Bakersfield College

Bakersfield Night Sky - October 21, 2017

Bakersfield Night Sky – October 21, 2017

By Nick Strobel

 

Last week I was at a national planetarium conference in St. Louis, Missouri. One of the invited talks was about the New Horizon mission to Pluto (and beyond!) by one of the scientists involved in mapping the minerals and ices on Pluto and Charon. He shared many amazing pictures. Putting Pluto in context of its family in the Kuiper Belt, he mentioned a cool discovery (that’s “cool” in sense of “amazing” or “really interesting” and not in the sense of the cold reaches of the outer solar system) where another dwarf planet, Haumea, was found to have a ring around it.

A ring?! I thought I heard wrong because rings are for big, giant planets, not small planets or dwarf planets. I checked my AAAS Science feed and sure enough, there was the announcement about Haumea’s ring. I shouldn’t be so surprised, though. Gravity works the same on small scales as on big scales. If small asteroids can have moons orbiting them, then why couldn’t a dwarf planet have a ring around it?

Upon further research I found out that even smaller objects—a couple of Centaur asteroids that orbit between Saturn and Neptune—have been found to have rings as well. Haumea is the farthest object that has been found to have a ring … so far, anyway.

Haumea’s ring was discovered as part of a campaign to determine Haumea’s size more precisely using timing measurements of how long it took Haumea to pass in front of a background star last January. The distant star winked out a few minutes before and after the main body of Haumea blocked the star. Haumea is a squashed ellipsoid, 1443 miles across its equator but only 638 miles from pole to pole, because of its rapid spin of slightly less than 4 hours. The narrow 43-mile wide ring’s orbit is 1421 miles in radius (so it is 700 miles above Haumea’s equator). The ring particles orbit once for every three spins of Haumea, a 3:1 spin-orbit resonance.

Although the observations were done at the beginning of the year, the announcement had to wait until October for the analysis and peer-review error-checking process of science to work through. The peer-review process of science is how we take into account the fallibility of humans and to make sure we don’t fool ourselves.

Previous observations of Haumea turned up the presence of a couple of moons orbiting Haumea. Those observations of the moons enabled us to get a mass for Haumea. The new measurements of Haumea’s size enables us to get a more accurate figure for its density, just 1.9 times the density of water. That’s the same density as Pluto and Haumea is probably a 50-50 split of rock and water ice and it’s darker than we originally thought, reflecting just half of the feeble sunlight that hits it.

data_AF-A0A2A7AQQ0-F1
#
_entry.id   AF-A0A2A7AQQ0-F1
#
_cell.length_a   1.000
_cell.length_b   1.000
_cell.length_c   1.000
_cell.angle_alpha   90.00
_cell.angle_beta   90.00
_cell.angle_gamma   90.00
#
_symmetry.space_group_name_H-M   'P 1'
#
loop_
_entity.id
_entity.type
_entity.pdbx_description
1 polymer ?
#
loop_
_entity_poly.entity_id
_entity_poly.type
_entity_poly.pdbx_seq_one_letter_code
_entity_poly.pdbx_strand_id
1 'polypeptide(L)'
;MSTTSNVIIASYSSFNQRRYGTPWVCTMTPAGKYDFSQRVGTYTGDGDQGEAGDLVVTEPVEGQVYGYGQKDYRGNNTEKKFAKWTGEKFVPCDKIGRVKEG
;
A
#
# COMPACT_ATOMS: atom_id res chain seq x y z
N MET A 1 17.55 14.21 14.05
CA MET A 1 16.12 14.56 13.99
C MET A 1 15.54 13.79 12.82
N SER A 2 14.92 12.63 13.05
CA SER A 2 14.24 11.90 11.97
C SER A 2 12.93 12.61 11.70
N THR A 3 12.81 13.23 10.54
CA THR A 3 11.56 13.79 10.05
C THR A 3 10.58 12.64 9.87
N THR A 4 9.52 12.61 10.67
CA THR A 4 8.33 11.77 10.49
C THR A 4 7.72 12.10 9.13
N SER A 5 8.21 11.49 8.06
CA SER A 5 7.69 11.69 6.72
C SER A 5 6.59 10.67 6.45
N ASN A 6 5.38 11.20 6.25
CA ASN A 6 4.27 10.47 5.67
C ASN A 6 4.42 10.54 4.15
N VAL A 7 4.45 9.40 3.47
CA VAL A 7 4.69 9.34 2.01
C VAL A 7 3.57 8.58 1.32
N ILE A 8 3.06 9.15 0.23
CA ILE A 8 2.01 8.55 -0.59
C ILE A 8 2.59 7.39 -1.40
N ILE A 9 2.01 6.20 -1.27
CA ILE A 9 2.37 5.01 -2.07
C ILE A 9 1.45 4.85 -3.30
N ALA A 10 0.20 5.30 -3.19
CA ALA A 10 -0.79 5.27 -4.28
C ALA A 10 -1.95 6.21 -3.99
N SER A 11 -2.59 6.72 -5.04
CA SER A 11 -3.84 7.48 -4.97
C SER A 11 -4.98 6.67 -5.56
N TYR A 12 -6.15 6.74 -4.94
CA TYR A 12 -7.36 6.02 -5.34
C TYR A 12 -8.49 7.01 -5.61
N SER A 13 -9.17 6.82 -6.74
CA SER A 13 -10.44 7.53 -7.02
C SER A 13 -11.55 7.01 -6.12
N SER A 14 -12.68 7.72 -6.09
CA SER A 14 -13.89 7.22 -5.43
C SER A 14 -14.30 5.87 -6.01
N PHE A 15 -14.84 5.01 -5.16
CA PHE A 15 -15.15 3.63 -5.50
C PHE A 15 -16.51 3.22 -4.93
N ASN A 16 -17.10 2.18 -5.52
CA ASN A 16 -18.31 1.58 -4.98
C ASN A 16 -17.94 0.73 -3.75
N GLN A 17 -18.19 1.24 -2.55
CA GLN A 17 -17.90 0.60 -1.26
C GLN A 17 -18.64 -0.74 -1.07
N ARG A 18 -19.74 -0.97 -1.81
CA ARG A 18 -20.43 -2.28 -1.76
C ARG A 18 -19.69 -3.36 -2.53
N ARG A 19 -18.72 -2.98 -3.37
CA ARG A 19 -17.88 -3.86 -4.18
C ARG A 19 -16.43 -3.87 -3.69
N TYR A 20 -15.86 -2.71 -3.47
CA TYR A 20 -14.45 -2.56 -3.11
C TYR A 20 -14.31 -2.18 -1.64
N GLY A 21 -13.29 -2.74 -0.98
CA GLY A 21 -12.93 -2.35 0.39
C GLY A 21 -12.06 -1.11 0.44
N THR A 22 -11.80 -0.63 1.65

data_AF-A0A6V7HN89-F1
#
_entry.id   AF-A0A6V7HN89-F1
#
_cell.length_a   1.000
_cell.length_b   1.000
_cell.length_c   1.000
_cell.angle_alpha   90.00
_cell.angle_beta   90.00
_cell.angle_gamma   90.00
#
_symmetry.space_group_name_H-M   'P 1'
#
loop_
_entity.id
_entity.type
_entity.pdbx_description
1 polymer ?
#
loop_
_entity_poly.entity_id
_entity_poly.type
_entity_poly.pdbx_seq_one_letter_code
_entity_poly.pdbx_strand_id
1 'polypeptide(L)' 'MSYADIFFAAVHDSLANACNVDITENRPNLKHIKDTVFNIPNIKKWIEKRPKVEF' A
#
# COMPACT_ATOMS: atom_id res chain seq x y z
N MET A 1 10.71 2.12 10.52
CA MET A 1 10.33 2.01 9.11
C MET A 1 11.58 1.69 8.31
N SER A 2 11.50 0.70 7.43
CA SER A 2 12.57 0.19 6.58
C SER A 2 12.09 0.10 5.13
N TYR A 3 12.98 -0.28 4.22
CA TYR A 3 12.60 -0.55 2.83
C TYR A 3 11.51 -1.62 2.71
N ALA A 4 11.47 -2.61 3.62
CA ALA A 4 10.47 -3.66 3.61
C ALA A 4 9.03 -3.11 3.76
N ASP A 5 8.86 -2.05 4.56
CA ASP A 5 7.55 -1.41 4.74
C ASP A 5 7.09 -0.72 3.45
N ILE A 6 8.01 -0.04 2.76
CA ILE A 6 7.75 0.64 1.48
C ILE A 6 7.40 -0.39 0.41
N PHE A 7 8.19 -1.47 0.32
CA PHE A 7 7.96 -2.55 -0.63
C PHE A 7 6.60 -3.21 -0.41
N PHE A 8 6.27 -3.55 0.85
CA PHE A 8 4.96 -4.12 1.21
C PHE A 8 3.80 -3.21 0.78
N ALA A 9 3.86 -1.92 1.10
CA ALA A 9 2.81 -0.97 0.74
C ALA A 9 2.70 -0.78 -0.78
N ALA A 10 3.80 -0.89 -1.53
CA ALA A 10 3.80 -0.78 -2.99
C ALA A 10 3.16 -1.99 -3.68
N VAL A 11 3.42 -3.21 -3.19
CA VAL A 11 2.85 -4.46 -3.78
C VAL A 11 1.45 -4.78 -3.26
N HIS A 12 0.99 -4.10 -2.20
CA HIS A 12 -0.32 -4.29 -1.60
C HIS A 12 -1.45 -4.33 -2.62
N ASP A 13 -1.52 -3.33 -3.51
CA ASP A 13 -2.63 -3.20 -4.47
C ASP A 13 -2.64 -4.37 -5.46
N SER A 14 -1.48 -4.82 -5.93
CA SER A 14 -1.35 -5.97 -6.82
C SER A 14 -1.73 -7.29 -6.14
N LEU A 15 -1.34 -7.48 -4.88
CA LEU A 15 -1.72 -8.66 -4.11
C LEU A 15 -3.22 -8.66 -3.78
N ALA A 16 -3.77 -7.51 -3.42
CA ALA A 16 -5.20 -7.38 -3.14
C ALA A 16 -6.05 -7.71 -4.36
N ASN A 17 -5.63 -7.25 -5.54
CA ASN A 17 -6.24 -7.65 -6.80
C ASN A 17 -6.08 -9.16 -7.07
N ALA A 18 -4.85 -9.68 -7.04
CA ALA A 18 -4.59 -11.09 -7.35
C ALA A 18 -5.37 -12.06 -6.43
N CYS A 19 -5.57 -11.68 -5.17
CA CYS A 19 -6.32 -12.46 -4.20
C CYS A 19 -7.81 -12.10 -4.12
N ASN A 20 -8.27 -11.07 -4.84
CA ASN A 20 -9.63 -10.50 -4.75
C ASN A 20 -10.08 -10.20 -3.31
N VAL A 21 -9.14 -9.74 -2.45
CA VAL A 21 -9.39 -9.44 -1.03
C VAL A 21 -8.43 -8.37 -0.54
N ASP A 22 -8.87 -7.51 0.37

In galaxy news, the case for our home galaxy, the Milky Way, having four spiral arms instead of just two like our neighbor Andromeda Galaxy, became much stronger with the direct measurement of the distance of a star formation region on the other side of the Milky Way. Using the Very Long Baseline Array (VLBA), astronomers were able to measure the parallax of the star formation region. The VLBA is an array of ten radio telescopes spread across the earth from Hawaii to the Virgin Islands. They are connected together to produce the resolution of a single telescope of the same diameter—a planet-size telescope! With a resolution in the microwave and radio band 50 times better than what the Hubble Space Telescope can do in the optical, the VLBA is the only device we have that can measure the tiny parallax angles of objects on the far side of the Milky Way. The parallax gives us the distance using basic trigonometry. 

The star formation region is 66,500 light years away and are part of the recently-discovered Outer Scutum-Centarus arm of the Milky Way. Other observations of objects have given positions that implied the existence of the outer arm but their distances were derived using assumptions of how velocities depend on distance from the galaxy center. The parallax distance method is a direct measurement with no assumptions (as good as you can get besides using a tape measure). 

Tonight and tomorrow night are the peak of the Orionid meteor shower. The radiant of the meteor shower (the point from where the meteors appear to streak away) is next to the club in Orion’s right hand (in the area between Orion and Gemini’s feet in the attached star chart). Therefore, the Orionids won’t pick up until the pre-dawn hours of the night. 

Early morning risers will be able to see orange-red Mars rise up shortly after 5 a.m. followed by Venus rising an hour later. Both planets are in the constellation of Virgo.

“Supervolcanoes” is showing at the William M Thomas Planetarium on Thursday, October 26.  Tickets are available from the BC Ticket Office and online from Vallitix.

Next Saturday, October 28, is the last of the free public star parties for 2017 hosted by the Kern Astronomical Society. KAS will hold this public star party at Barnes & Noble near Hwy 99 and California. No observations of meteors, Haumea, or star formation regions on the other side of the Milky Way but they’ll have the moon, beautiful star clusters, and glowing nebulae to see through their telescopes.

Nick Strobel

Director of the William M Thomas Planetarium at Bakersfield College

Author of the award-winning website www.astronomynotes.com

Late October 2017 at 6:30 AM looking southeast

Kern Community College District